By Conner Tighe
The following is only intended for mature audiences.
Muncie, Indiana, the heart of the Midwest where we call our community home, is no small town compared to pop culture. Close Encounters of the Third Kind featured actor Richard Dreyfuss wearing a “Ball-U” T-shirt, while Parks and Recreation mentioned the city frequently throughout its seven seasons. Bordering the White River, the city’s Westside Park has served Westside Neighborhood and the Muncie community for several decades. Anyone from Muncie or who now lives in Muncie must know about this infamous park that features a small baseball diamond, basketball courts, playground equipment, picnic benches, and more. In the mid-80s, Westside Park became Muncie’s most peculiar murder mystery and now 36 years later remains as the city’s coldest case.
The murders were initially covered by Star Press reporters Keith Roydson and Douglas Walker and, unfortunately, were talked about many years after the initial incident. It was the end of September 1985 when Kimberly Dowell, 15, and Ethan Dixon, 16, were found shot to death inside their car within Westside Park. Their bodies were found accidentally as k-9 officer Terry Winters’ headlights fell across the car while investigating a nearby noise complaint. Winters approached the victims’ car finding the aftermath. The engine was idling, and a gunshot had shattered the passenger window.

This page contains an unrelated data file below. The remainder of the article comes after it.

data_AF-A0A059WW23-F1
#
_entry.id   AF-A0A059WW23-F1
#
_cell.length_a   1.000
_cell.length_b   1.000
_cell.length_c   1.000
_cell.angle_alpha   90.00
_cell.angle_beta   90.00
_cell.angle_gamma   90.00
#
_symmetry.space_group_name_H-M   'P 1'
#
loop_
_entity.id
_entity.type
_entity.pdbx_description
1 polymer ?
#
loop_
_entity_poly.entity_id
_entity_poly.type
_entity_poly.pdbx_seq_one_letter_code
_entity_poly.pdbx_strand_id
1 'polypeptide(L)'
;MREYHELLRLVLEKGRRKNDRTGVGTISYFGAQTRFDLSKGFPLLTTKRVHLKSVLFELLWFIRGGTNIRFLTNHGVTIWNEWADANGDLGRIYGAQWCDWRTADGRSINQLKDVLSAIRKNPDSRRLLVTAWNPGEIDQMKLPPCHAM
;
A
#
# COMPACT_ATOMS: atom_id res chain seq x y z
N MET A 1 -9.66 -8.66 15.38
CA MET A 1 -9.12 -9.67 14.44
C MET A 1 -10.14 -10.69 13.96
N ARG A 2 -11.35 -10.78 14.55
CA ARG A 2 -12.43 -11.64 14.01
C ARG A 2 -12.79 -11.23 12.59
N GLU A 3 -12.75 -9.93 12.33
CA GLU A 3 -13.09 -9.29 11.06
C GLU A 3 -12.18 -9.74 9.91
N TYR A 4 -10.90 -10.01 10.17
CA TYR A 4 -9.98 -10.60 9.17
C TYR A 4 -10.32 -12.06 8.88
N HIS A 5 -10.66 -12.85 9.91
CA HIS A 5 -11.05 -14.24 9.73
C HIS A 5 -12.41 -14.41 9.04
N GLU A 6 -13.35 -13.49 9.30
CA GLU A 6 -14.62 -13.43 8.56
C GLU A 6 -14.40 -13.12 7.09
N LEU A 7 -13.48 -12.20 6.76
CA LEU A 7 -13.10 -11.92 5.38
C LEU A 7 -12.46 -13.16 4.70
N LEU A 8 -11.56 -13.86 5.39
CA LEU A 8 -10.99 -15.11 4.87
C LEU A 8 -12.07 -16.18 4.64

Reflecting on over three decades ago, tracking criminals was limited in short of technology, internet, and computer technology that law enforcement has today, making the case nearly impossible to solve. Nevertheless, the story made headlines both inside the state and worldwide. Several investigations were placed in the hands of professionals attempting to find out who would want these high schoolers dead. To this day, no suspect has come forward nor been convicted of the murders of Dixon and Dowell. Although the cases seemed isolated and strange, it was a beacon for a much larger issue in Muncie.
Recently, between 2010 and 2018, approximately 34 murders in Muncie were reported as unsolved, some of the cases going back six decades. “Muncie had a reputation of being a place where you could kill a man and get away with it,” a prosecutor said in an article. Many other cases came and went as the years went on, but Westside Park remains the most sought after as officials continue searching for anything that might give peace to the victim’s parents.
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